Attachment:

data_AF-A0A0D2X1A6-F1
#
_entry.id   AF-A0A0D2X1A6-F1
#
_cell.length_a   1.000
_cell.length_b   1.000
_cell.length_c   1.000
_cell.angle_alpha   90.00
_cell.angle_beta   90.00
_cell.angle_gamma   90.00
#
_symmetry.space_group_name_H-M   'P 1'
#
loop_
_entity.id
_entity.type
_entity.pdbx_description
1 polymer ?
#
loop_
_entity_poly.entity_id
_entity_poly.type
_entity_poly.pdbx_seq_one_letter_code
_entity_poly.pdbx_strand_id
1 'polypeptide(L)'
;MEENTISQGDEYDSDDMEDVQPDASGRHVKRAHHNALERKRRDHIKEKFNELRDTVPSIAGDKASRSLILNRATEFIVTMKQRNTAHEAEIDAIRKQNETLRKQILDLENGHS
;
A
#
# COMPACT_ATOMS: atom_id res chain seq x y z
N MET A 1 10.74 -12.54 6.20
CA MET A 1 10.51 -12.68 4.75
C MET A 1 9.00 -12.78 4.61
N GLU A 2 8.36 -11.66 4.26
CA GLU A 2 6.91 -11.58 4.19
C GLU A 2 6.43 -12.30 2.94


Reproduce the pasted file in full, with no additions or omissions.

data_AF-A0A0D2X1A6-F1
#
_entry.id   AF-A0A0D2X1A6-F1
#
_cell.length_a   1.000
_cell.length_b   1.000
_cell.length_c   1.000
_cell.angle_alpha   90.00
_cell.angle_beta   90.00
_cell.angle_gamma   90.00
#
_symmetry.space_group_name_H-M   'P 1'
#
loop_
_entity.id
_entity.type
_entity.pdbx_description
1 polymer ?
#
loop_
_entity_poly.entity_id
_entity_poly.type
_entity_poly.pdbx_seq_one_letter_code
_entity_poly.pdbx_strand_id
1 'polypeptide(L)'
;MEENTISQGDEYDSDDMEDVQPDASGRHVKRAHHNALERKRRDHIKEKFNELRDTVPSIAGDKASRSLILNRATEFIVTMKQRNTAHEAEIDAIRKQNETLRKQILDLENGHS
;
A
#
# COMPACT_ATOMS: atom_id res chain seq x y z
N MET A 1 10.74 -12.54 6.20
CA MET A 1 10.51 -12.68 4.75
C MET A 1 9.00 -12.78 4.61
N GLU A 2 8.36 -11.66 4.26
CA GLU A 2 6.91 -11.58 4.19
C GLU A 2 6.43 -12.30 2.94